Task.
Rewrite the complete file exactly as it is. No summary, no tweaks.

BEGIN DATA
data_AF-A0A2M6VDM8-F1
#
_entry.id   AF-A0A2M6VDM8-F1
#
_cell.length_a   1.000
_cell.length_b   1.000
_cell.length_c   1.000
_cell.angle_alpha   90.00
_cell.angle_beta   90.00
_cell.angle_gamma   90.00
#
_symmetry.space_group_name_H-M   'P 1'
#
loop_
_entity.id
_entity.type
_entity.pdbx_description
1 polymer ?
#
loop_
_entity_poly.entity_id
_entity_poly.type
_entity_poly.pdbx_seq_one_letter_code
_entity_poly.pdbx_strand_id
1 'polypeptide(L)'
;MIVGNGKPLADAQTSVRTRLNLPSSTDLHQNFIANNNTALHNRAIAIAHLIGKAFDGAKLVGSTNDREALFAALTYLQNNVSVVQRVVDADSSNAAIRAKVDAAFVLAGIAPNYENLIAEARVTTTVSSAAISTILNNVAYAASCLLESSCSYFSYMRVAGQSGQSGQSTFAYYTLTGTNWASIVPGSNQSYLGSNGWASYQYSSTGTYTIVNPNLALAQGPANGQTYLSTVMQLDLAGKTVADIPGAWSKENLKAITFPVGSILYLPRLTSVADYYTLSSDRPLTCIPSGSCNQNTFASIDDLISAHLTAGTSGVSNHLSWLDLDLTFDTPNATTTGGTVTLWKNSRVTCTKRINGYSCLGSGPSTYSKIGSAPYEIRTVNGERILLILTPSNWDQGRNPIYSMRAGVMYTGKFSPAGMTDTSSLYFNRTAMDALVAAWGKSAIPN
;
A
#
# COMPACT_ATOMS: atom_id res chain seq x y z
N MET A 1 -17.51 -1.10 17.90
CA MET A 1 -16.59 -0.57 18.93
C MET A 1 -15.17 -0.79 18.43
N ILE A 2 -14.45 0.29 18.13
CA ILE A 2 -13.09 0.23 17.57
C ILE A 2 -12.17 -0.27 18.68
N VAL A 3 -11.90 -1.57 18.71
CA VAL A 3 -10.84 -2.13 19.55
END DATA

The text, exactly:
data_AF-A0A2M6VDM8-F1
#
_entry.id   AF-A0A2M6VDM8-F1
#
_cell.length_a   1.000
_cell.length_b   1.000
_cell.length_c   1.000
_cell.angle_alpha   90.00
_cell.angle_beta   90.00
_cell.angle_gamma   90.00
#
_symmetry.space_group_name_H-M   'P 1'
#
loop_
_entity.id
_entity.type
_entity.pdbx_description
1 polymer ?
#
loop_
_entity_poly.entity_id
_entity_poly.type
_entity_poly.pdbx_seq_one_letter_code
_entity_poly.pdbx_strand_id
1 'polypeptide(L)'
;MIVGNGKPLADAQTSVRTRLNLPSSTDLHQNFIANNNTALHNRAIAIAHLIGKAFDGAKLVGSTNDREALFAALTYLQNNVSVVQRVVDADSSNAAIRAKVDAAFVLAGIAPNYENLIAEARVTTTVSSAAISTILNNVAYAASCLLESSCSYFSYMRVAGQSGQSGQSTFAYYTLTGTNWASIVPGSNQSYLGSNGWASYQYSSTGTYTIVNPNLALAQGPANGQTYLSTVMQLDLAGKTVADIPGAWSKENLKAITFPVGSILYLPRLTSVADYYTLSSDRPLTCIPSGSCNQNTFASIDDLISAHLTAGTSGVSNHLSWLDLDLTFDTPNATTTGGTVTLWKNSRVTCTKRINGYSCLGSGPSTYSKIGSAPYEIRTVNGERILLILTPSNWDQGRNPIYSMRAGVMYTGKFSPAGMTDTSSLYFNRTAMDALVAAWGKSAIPN
;
A
#
# COMPACT_ATOMS: atom_id res chain seq x y z
N MET A 1 -17.51 -1.10 17.90
CA MET A 1 -16.59 -0.57 18.93
C MET A 1 -15.17 -0.79 18.43
N ILE A 2 -14.45 0.29 18.13
CA ILE A 2 -13.09 0.23 17.57
C ILE A 2 -12.17 -0.27 18.68
N VAL A 3 -11.90 -1.57 18.71
CA VAL A 3 -10.84 -2.13 19.55